I should however first disclose what may seem an interest in the matter. The former Chief Justice made a ruling in a case involving my father which seemed to me grossly unjust and without proper reference to the matters at issue. I have also had occasion to criticize his ruling on the limitation he imposed on the second term of President Kumaratunga, though I noted then that this seemed to have been due to the failure of her counsel to explain an element in the Constitution that might have seemed ambiguous. I have since been assured by one member of her legal team that that ambiguity was explained. I was also told that it is the business of the judge to interpret what might seem ambiguous, and not ignore constitutional provisions on the argument that counsel had failed to clarify a particular ambiguity.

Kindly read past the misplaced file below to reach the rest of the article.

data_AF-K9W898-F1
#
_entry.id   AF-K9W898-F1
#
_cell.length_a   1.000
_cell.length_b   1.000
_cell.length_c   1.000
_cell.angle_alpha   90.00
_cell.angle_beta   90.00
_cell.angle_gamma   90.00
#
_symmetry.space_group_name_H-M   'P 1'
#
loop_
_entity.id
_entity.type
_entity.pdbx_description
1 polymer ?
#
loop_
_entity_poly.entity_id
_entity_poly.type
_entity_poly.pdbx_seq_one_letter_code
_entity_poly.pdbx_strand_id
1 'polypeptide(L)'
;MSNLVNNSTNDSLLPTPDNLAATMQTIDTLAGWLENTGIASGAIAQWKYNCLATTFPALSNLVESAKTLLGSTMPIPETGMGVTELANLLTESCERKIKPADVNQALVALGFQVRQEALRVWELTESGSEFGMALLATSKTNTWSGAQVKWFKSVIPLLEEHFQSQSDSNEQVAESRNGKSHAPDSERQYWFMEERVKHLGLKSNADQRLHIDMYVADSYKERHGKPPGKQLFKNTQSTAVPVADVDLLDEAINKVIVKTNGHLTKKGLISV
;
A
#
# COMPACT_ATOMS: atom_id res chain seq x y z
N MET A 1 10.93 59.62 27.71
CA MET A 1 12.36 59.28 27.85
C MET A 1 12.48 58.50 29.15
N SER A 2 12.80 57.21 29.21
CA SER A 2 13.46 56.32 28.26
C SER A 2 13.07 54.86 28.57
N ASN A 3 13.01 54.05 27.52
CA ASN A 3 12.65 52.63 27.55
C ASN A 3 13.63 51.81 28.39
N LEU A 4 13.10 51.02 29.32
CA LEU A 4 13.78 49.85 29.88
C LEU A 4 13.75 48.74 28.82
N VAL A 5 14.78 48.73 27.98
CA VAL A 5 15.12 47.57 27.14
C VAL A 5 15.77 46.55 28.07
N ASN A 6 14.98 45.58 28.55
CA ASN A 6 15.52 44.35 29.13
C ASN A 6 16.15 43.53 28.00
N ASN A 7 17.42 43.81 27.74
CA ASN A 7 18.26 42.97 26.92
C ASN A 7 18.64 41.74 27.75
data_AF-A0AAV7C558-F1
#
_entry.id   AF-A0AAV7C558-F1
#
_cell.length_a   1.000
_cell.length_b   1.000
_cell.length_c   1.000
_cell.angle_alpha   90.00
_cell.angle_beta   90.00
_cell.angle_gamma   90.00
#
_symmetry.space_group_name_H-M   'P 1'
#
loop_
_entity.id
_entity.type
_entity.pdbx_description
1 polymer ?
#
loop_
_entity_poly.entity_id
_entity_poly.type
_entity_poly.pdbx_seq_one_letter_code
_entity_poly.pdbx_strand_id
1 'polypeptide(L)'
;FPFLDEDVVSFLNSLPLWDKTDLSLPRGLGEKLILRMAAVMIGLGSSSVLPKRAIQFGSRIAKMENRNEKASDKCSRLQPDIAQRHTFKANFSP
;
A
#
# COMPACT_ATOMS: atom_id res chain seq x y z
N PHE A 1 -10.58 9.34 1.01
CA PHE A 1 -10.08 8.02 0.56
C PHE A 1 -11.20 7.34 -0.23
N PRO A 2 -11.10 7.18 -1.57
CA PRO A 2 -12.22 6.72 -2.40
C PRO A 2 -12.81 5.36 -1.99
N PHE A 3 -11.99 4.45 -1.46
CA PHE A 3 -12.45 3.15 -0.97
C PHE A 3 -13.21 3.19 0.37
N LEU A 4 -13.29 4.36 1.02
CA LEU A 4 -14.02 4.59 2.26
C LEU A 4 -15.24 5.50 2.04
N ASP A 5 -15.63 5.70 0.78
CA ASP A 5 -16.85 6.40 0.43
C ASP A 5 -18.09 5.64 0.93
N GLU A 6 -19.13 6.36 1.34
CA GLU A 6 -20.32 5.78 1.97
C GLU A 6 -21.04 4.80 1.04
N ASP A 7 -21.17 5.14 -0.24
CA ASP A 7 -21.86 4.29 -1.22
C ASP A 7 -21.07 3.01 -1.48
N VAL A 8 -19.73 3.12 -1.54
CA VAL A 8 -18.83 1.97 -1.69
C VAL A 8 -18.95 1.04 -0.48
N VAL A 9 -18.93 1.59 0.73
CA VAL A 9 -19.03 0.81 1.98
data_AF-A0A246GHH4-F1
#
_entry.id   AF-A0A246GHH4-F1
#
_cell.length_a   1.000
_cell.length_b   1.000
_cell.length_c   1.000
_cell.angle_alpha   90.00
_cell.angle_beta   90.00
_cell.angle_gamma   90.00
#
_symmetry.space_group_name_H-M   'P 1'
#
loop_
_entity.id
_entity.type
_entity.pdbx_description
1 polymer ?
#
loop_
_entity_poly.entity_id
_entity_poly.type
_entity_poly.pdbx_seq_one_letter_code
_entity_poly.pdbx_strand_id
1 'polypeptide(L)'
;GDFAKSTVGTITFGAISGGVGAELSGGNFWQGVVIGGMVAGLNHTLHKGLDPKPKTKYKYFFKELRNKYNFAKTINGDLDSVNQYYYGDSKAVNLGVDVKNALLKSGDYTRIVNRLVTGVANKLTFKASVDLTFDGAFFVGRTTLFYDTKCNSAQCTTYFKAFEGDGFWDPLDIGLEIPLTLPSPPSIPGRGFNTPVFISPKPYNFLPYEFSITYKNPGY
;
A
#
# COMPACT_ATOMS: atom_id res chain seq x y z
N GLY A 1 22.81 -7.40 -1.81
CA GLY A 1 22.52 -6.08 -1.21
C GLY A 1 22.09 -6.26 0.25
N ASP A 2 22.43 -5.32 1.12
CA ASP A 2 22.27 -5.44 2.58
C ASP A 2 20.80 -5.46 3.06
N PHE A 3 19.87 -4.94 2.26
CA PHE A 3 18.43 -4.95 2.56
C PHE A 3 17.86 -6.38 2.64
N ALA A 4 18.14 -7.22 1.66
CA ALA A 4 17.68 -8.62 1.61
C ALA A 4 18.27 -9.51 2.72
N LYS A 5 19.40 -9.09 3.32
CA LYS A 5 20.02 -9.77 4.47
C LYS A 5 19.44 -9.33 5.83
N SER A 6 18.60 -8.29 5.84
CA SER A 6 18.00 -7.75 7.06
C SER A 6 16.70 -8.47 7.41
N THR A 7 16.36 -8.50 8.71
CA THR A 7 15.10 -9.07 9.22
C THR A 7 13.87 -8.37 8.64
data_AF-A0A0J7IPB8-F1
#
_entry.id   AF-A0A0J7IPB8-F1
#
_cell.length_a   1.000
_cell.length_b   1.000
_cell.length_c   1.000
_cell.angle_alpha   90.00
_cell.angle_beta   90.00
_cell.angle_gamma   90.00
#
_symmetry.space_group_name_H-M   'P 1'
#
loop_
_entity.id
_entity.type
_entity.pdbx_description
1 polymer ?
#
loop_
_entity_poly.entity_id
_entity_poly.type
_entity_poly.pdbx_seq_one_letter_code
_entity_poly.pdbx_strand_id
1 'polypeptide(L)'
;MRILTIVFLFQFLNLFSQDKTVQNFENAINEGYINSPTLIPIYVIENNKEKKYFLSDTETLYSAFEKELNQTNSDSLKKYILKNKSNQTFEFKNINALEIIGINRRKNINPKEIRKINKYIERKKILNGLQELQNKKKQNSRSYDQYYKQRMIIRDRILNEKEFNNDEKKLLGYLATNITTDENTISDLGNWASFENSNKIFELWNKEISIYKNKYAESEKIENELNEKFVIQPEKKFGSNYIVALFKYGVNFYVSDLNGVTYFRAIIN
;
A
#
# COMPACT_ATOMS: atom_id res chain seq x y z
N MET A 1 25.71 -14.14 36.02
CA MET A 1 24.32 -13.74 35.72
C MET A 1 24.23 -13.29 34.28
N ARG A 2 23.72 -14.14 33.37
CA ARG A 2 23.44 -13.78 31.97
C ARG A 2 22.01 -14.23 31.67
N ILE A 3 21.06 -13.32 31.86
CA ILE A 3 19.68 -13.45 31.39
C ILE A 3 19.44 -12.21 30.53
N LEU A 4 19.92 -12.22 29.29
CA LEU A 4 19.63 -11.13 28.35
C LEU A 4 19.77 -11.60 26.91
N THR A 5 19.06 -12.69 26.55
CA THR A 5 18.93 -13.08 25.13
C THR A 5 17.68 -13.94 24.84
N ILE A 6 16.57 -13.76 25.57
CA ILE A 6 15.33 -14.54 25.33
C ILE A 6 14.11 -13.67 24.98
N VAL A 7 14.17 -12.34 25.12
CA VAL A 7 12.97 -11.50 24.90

I should also note that I myself have noted in the case of General Fonseka that a civil trial would be preferable. This is not because I believe there is any injustice involved in a military trial, but simply because that allows for claims of injustice by those who have not studied the situation or registered its seriousness. Since the evidence seems, from the newspaper reports we have seen, to suggest that there is strong reason to suspect General Fonseka of common criminality, a civil trial would I felt have made the actual position crystal clear were he to be found guilty.

 Having now studied the army acts, it is clear to me that there is nothing illegal in a military trial, and that Mr Silva’s claims regarding this are so farfetched that one wonders whether he himself believes them. The claim that the Commander of the Army is not an officer of the army is preposterous. Mr Silva argues that the Act allows the President to appoint anyone fit and proper to be Army Commander, and this need not be a commissioned office, therefore the Army Commander ‘is neither a commissioned officer nor an enlisted soldier’.